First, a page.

image shows caring for senior pet

Article for The Pet Times Magazine on Caring for Aging Dogs by Coach JT

Caring for Aging Dogs: Helping Them Thrive Through Their Golden Years

The Pet Times: Can you tell us a little about your background and how you became interested in caring for aging pets?

Coach JT: My name is JT. I'm a dog lover who only wants the best for our beloved companions. After being caught up in the fast-paced world of corporate marketing, I traded in my business suit for the tranquility of the outdoors to live a simpler and calmer life with my furry best friend, MaPrao. My adventure with pets began when everyone noticed the unbreakable bond between MaPrao and me. Before I knew it, my home in Northern Thailand had become not only a sanctuary for me but also a loving retreat for other people's dogs.

Ten years later, I've returned to Singapore to care for my aging mother with my equally aging pup, MaPrao, by my side. Over the years, my connection with MaPrao has sparked a passion for helping older dogs live their best lives. They have taught me that it's about more than love; it's about truly understanding what they need as they get older.

The Pet Times: Please share with pet parents what you've learned about caring for aging dogs.

Coach JT: This becomes increasingly important, especially if they live in an urban environment and all they get in the way of exercise is a walk around the block to do their business twice a day.

When it comes to caring for senior dogs, I've gathered some wisdom, and I'd like to pass on some important tips. One insight is how important it's to keep our dogs active, even when age tries to slow them down. Some dogs need to move their limbs fully to keep their joints healthy; a simple walk is often not enough. This omission in terms of cardiovascular health, which requires more exercise, is even more pressing if they live in an urban environment where most activity is limited to walks around the block. Teaching our pups to love swimming at an early age can be their salvation when their joints begin to stiffen as they get older. The water becomes a friend that helps them move effortlessly, and you can read their gratitude in their contented faces when they paddle.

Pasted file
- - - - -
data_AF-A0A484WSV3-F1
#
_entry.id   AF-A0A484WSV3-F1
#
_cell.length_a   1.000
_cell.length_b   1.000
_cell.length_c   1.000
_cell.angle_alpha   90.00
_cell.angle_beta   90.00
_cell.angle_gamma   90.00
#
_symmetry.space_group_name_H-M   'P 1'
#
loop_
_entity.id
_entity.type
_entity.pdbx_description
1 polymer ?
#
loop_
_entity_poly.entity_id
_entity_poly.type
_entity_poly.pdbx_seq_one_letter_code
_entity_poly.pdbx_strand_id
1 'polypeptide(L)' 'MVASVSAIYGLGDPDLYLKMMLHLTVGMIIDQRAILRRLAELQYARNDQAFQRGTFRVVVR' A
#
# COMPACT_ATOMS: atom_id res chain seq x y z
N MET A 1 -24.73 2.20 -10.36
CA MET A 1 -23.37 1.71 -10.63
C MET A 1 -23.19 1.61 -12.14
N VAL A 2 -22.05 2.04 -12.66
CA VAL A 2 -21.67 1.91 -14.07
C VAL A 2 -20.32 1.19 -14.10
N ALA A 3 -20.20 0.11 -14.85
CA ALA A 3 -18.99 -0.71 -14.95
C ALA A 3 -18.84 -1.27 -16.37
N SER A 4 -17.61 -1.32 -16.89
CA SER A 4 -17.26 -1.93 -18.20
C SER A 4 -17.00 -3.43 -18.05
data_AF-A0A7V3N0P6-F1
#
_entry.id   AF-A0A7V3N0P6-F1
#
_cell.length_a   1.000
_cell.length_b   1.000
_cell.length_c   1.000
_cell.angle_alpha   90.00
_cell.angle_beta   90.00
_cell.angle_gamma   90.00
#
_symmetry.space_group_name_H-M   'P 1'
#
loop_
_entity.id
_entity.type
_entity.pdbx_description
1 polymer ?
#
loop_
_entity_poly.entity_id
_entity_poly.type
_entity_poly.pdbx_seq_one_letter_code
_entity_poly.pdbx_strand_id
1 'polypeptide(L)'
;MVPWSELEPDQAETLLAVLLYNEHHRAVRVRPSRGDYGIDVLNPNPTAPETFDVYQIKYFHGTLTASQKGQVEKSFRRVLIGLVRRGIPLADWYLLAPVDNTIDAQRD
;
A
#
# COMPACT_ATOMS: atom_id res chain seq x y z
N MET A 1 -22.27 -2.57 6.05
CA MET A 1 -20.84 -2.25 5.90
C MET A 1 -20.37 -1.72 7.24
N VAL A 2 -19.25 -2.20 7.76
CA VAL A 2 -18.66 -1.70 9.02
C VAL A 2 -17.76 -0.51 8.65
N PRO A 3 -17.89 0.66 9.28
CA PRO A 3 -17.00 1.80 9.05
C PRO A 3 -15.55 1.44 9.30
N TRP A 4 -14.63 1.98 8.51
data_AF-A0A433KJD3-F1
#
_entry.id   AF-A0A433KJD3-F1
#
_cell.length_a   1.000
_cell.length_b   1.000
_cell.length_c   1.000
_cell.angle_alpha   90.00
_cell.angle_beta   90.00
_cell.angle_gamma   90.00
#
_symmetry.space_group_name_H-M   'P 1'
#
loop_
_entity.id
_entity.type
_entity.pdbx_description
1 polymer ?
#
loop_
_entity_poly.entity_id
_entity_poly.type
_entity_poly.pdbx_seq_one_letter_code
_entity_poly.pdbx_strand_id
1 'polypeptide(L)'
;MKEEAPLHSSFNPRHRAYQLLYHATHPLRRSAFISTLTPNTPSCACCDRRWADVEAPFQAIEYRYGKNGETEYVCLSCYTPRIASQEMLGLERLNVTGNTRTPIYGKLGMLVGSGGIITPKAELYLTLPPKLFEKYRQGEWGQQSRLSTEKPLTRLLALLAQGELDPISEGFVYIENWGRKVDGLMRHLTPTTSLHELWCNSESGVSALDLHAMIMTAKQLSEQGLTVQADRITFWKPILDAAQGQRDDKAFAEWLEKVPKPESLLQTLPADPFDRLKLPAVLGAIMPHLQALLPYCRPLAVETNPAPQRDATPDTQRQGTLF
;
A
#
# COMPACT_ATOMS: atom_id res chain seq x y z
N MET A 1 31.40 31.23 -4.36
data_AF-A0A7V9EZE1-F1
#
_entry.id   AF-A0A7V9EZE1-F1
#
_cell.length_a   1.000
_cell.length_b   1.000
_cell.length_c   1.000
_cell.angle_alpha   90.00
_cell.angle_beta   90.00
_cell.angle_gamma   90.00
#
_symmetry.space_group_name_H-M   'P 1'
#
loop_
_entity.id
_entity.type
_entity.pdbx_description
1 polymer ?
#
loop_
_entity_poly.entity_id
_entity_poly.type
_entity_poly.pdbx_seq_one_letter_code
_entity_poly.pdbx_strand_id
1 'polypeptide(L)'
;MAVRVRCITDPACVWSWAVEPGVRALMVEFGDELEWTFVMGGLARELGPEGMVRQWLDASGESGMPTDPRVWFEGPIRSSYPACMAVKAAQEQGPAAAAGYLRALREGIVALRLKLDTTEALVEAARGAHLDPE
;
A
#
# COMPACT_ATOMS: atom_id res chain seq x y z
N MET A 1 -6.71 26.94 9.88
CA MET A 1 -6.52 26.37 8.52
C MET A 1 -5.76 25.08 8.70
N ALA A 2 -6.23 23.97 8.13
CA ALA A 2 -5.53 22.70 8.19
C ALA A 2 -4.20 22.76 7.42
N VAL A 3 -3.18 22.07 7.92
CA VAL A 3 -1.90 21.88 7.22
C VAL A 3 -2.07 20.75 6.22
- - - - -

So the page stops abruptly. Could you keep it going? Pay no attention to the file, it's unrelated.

The Pet Times: Especially in Singapore, where most residents live in HDB apartments, dogs don't get enough exercise. We're also seeing an increase in obesity among older dogs. Can you give any tips on nutrition for older dogs?

Let's talk about nutrition; it's not that complicated. What's good for aging people is often good for our dogs. When we replace processed factory food with fresh meat, fruit, vegetables, and healthy fats, our older dogs get all the essential nutrients they need to stay healthy and happy. This type of diet keeps their tails wagging. Take MaPrao, for example; just the mention of his name gets his tail wagging!